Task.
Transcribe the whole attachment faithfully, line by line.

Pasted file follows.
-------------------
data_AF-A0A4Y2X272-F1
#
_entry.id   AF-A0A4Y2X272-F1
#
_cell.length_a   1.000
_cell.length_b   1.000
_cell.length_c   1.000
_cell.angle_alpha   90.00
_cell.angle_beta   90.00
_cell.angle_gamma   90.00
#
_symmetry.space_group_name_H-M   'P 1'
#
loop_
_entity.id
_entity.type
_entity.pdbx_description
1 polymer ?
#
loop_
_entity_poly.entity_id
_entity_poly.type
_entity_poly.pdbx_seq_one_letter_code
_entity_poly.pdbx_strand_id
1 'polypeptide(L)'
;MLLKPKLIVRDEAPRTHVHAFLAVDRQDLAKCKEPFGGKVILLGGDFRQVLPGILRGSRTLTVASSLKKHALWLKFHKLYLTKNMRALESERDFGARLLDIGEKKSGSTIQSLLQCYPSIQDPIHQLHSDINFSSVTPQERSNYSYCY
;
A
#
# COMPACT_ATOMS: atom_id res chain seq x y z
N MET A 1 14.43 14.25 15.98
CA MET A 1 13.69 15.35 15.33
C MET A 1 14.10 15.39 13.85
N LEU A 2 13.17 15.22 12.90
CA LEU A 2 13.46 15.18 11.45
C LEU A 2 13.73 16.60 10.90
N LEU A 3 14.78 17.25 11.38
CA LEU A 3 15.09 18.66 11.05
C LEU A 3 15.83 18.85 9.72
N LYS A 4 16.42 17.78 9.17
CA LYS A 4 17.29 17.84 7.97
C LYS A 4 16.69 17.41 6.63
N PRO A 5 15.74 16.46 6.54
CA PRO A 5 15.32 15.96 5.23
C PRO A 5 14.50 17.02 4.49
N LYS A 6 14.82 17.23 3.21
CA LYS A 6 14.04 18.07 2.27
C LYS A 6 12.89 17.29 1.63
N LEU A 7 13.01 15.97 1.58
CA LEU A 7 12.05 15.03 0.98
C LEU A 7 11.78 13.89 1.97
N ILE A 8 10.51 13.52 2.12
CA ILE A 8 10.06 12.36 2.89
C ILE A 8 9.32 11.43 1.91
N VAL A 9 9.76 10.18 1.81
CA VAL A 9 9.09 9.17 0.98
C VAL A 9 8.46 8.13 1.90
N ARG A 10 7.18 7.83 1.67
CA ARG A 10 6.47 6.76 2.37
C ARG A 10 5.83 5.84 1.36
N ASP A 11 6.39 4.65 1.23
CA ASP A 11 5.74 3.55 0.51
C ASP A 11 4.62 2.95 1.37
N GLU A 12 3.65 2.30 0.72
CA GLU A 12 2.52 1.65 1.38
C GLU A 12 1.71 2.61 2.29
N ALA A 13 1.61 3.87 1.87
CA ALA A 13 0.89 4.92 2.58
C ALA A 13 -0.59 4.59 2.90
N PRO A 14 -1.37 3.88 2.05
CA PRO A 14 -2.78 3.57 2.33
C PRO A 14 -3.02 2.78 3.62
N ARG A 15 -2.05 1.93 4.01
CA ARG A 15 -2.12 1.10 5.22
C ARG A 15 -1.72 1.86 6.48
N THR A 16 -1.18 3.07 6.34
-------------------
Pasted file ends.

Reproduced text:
data_AF-A0A4Y2X272-F1
#
_entry.id   AF-A0A4Y2X272-F1
#
_cell.length_a   1.000
_cell.length_b   1.000
_cell.length_c   1.000
_cell.angle_alpha   90.00
_cell.angle_beta   90.00
_cell.angle_gamma   90.00
#
_symmetry.space_group_name_H-M   'P 1'
#
loop_
_entity.id
_entity.type
_entity.pdbx_description
1 polymer ?
#
loop_
_entity_poly.entity_id
_entity_poly.type
_entity_poly.pdbx_seq_one_letter_code
_entity_poly.pdbx_strand_id
1 'polypeptide(L)'
;MLLKPKLIVRDEAPRTHVHAFLAVDRQDLAKCKEPFGGKVILLGGDFRQVLPGILRGSRTLTVASSLKKHALWLKFHKLYLTKNMRALESERDFGARLLDIGEKKSGSTIQSLLQCYPSIQDPIHQLHSDINFSSVTPQERSNYSYCY
;
A
#
# COMPACT_ATOMS: atom_id res chain seq x y z
N MET A 1 14.43 14.25 15.98
CA MET A 1 13.69 15.35 15.33
C MET A 1 14.10 15.39 13.85
N LEU A 2 13.17 15.22 12.90
CA LEU A 2 13.46 15.18 11.45
C LEU A 2 13.73 16.60 10.90
N LEU A 3 14.78 17.25 11.38
CA LEU A 3 15.09 18.66 11.05
C LEU A 3 15.83 18.85 9.72
N LYS A 4 16.42 17.78 9.17
CA LYS A 4 17.29 17.84 7.97
C LYS A 4 16.69 17.41 6.63
N PRO A 5 15.74 16.46 6.54
CA PRO A 5 15.32 15.96 5.23
C PRO A 5 14.50 17.02 4.49
N LYS A 6 14.82 17.23 3.21
CA LYS A 6 14.04 18.07 2.27
C LYS A 6 12.89 17.29 1.63
N LEU A 7 13.01 15.97 1.58
CA LEU A 7 12.05 15.03 0.98
C LEU A 7 11.78 13.89 1.97
N ILE A 8 10.51 13.52 2.12
CA ILE A 8 10.06 12.36 2.89
C ILE A 8 9.32 11.43 1.91
N VAL A 9 9.76 10.18 1.81
CA VAL A 9 9.09 9.17 0.98
C VAL A 9 8.46 8.13 1.90
N ARG A 10 7.18 7.83 1.67
CA ARG A 10 6.47 6.76 2.37
C ARG A 10 5.83 5.84 1.36
N ASP A 11 6.39 4.65 1.23
CA ASP A 11 5.74 3.55 0.51
C ASP A 11 4.62 2.95 1.37
N GLU A 12 3.65 2.30 0.72
CA GLU A 12 2.52 1.65 1.38
C GLU A 12 1.71 2.61 2.29
N ALA A 13 1.61 3.87 1.87
CA ALA A 13 0.89 4.92 2.58
C ALA A 13 -0.59 4.59 2.90
N PRO A 14 -1.37 3.88 2.05
CA PRO A 14 -2.78 3.57 2.33
C PRO A 14 -3.02 2.78 3.62
N ARG A 15 -2.05 1.93 4.01
CA ARG A 15 -2.12 1.10 5.22
C ARG A 15 -1.72 1.86 6.48
N THR A 16 -1.18 3.07 6.34